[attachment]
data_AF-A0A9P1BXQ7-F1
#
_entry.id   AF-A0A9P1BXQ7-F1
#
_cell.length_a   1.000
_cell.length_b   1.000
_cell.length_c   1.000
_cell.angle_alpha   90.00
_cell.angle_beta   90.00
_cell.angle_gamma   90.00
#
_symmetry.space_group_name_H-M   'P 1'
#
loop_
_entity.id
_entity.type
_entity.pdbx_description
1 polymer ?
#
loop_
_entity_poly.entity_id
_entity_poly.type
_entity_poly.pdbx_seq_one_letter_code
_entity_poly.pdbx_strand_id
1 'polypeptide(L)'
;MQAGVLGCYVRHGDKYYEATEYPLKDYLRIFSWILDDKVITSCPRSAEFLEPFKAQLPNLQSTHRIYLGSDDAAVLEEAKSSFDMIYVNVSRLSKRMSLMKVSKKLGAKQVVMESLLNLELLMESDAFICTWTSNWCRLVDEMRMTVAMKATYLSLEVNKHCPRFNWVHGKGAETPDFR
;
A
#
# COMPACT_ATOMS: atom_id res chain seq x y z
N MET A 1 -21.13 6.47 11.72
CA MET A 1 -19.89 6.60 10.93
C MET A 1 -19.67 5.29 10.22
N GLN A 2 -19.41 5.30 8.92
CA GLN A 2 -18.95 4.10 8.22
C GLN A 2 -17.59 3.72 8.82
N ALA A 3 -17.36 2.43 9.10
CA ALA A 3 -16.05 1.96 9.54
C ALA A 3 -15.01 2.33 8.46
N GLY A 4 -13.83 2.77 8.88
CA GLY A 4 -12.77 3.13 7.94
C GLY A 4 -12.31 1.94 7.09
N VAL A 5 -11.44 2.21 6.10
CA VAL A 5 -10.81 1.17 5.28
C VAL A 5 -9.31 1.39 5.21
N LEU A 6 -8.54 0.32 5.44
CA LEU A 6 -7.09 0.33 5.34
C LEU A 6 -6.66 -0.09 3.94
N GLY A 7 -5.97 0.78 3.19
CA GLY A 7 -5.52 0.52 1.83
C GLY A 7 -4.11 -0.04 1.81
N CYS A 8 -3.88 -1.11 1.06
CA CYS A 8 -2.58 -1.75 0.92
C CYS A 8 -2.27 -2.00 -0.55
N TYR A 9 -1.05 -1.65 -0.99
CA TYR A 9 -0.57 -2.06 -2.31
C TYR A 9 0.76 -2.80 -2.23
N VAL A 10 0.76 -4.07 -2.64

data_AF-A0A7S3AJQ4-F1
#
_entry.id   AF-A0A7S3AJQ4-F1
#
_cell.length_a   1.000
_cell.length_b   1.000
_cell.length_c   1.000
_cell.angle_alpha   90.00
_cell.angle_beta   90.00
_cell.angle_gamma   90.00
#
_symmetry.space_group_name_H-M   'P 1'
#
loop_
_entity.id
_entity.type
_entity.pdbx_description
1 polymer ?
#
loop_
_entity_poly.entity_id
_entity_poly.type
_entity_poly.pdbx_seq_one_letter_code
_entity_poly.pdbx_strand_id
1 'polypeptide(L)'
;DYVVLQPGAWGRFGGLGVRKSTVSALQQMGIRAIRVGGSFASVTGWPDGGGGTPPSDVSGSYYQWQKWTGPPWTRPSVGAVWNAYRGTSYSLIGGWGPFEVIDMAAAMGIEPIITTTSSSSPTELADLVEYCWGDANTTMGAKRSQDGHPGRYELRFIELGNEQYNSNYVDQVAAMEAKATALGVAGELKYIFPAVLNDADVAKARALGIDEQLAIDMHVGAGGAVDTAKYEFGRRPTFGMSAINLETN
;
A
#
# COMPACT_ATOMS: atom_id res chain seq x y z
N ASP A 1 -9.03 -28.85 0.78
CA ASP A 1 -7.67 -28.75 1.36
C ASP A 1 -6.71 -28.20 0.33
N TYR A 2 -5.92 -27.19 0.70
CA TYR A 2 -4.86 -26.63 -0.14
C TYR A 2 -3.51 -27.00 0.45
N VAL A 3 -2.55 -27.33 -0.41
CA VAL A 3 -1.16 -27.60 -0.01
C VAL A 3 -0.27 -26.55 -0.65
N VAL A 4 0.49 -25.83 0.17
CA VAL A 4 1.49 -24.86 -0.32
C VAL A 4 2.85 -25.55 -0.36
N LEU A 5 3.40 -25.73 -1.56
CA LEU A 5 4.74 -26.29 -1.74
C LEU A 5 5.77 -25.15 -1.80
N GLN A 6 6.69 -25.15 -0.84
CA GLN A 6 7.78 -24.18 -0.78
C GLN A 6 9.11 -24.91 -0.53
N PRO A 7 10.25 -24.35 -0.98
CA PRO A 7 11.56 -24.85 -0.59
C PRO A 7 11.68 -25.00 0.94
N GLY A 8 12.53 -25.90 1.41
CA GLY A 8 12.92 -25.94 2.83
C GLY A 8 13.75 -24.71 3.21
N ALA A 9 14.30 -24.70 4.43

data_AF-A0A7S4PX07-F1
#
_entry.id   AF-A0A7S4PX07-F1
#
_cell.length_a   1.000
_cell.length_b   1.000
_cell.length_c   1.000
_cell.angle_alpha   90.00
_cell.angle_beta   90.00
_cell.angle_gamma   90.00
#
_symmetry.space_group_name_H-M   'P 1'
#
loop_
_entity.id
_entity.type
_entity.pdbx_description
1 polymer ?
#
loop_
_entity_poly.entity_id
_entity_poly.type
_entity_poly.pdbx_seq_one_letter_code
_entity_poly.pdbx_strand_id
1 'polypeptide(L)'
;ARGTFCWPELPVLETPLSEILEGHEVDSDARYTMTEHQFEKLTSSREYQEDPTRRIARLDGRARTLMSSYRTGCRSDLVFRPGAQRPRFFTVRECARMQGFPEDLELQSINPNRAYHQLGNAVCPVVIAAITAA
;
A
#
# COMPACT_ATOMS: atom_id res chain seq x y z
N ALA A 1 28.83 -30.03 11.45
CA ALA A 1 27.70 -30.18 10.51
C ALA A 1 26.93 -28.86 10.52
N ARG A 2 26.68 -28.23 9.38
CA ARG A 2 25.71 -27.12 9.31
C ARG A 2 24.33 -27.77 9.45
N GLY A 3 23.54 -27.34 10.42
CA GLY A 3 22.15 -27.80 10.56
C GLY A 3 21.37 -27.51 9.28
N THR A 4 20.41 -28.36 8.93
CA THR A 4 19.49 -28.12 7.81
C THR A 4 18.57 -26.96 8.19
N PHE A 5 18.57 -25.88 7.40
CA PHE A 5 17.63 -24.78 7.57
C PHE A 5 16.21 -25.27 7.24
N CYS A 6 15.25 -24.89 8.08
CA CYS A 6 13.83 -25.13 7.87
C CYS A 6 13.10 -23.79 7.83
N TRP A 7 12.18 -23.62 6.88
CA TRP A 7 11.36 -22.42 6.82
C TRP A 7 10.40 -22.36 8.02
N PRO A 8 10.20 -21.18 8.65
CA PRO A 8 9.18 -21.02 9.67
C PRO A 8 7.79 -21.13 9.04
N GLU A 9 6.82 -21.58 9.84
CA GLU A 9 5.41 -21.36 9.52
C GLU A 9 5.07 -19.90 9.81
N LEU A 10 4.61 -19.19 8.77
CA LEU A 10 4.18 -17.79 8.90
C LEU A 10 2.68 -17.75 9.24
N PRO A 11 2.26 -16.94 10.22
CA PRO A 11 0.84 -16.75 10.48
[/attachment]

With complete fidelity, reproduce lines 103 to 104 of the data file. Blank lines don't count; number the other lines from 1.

C LEU A 5 5.77 -25.15 -1.80
N GLN A 6 6.69 -25.15 -0.84